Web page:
If you’re someone who reads the news regularly, by now you’ll be aware of the fact that we’re all gonna die. If we’re not wiped out by the climate crisis, it will be nuclear war and if it’s not that, beware antibiotic-resistant diseases.
But now the media has a new villain for humanity: AI powered by large language models (LLMs)
Of course we wouldn’t believe a word of it without having been primed by a host of books, movies and TV series — Terminator, Skynet, the list goes on. These well-worn science fiction plots are built on the premise of a hostile AI “other”.
And, as products of our surroundings, we lap it all up until we’ve had our fill: the truth is, we want to believe the end is nigh. The old adage is that “sex sells” but, when it comes to tech, fear of impending disaster and a heightened sense of our own mortality are the ultimate turn-on.
Just as the US and USSR pushed each other literally into space, being one step from annihilation excites us like nothing else.
The right kind of obstacle
I hate to be the one to gatecrash the fear party, but AI doomerism could become a serious obstacle to the development of important technologies and overall scientific progress.
We can’t forget that AI is a technology. Because it uses text as an interface (and is becoming multimodal too, meaning it can process images and audio too), it might get very, very relatable and effectively pretend to behave as a human — but it has no will and no motivation.
It has none of the pathways which pump our brains with stuff like serotonin and dopamine, chemicals which create the desire to aspire to something global (and stupid) like world annihilation.
They benefit from a public that is scared of AI
This fear-mongering over AI is even fed by those who stand to benefit the most from wider AI use, again hindering healthy and sustainable development of the technology. Take the dozens of respected technologists and academics — including Elon Musk — who signed an open letter earlier this year asking for a blanket pause on AI development.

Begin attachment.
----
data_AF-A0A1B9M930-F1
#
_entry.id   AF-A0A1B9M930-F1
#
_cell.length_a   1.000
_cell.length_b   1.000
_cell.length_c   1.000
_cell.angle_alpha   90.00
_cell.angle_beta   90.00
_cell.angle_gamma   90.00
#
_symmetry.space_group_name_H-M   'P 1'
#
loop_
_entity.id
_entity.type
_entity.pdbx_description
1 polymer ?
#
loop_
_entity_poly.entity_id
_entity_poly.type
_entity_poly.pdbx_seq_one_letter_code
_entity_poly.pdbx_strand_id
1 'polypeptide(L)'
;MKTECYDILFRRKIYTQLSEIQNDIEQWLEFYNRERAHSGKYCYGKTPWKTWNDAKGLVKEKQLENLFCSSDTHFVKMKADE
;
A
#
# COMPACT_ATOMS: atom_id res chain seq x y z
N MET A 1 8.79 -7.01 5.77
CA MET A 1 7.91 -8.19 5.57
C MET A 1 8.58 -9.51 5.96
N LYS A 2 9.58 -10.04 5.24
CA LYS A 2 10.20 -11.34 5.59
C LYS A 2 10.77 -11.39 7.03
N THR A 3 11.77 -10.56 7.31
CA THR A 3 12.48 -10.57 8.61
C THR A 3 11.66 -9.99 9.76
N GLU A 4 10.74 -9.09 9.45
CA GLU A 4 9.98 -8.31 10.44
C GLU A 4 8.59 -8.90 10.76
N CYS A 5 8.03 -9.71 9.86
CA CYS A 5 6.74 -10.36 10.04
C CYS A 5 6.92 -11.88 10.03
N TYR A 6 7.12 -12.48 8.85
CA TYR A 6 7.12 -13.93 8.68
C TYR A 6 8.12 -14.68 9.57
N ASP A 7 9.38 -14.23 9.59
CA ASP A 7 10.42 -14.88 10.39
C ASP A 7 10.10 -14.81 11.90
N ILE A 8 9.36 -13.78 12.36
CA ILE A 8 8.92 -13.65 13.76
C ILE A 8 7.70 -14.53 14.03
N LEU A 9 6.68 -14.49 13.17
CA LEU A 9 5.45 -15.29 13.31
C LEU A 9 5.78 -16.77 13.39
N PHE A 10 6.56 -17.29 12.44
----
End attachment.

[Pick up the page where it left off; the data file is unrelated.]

Among the signees were staff and execs at Meta, Google, Apple and Amazon. While it’s obviously unfair to paint them all with one cynical brush stroke, it is fair to say that many of them have a vested interest in a) maintaining the status quo for as long as possible and b) being at the forefront of the AI revolution when it does take place.
What their letter also distracts us from remembering is that they’ve done hardly anything so far about one of the most plausible major concerns surrounding AI: the potential for mis and disinformation. They benefit from a public that is scared of AI.
An exciting death
Burying our heads in the sand and hoping all this AI stuff goes away isn’t the way forward — as shown by Italy’s recent reversal of its (also recent) ban on ChatGPT — but that’s not to say I think we should let things continue to develop at unabated warp speed.
Rather than putting a blanket pause on development and failing to learn more about what we’re dealing with here, we need to rapidly upskill independent watchdogs and regulators. These bodies can then take logical and targeted actions such as forbidding LLMs from creating their own code, or ensuring they’re disconnected from social networks.
If you’ve followed the US inquiry into TikTok this probably won’t fill you with reassurance about state efforts to understand tech, but in the case of AI we’re all feeling our way around in the dark to an extent. Besides, without watchdogs and regulators we’re left with two choices: put our trust in the theoretically independent — the companies with obvious vested interests — or just let the AI regulate itself.
AI energy consumption will in turn also need to be managed and optimised — perhaps a job for the AI itself
All of us want the benefits of AI, but we need to find ways to debate the risks that aren’t led by the fantasy narratives from popular culture.
AI is as important an invention as the printing press or the internal combustion engine. It will take a lot of mundane processes out of the equation, but will create a multitude of new jobs, professions and optimisations which will allow our kids to create and distribute resources more effectively. AI energy consumption will in turn also need to be managed and optimised — perhaps a job for the AI itself. So let’s think about the risks that might come with new jobs or this energy optimisation issue.
In that sense, author Neil Stephenson was correct in his 1992 novel Snow Crash (and more importantly in Diamond Age from 1995) — our society has already become like a movie director who runs your life to make it more exciting.
Nothing excites us more than the knowledge that we’re all about to die. The "good" news is that we’re “gonna die in more exciting ways than anyone who came before us”.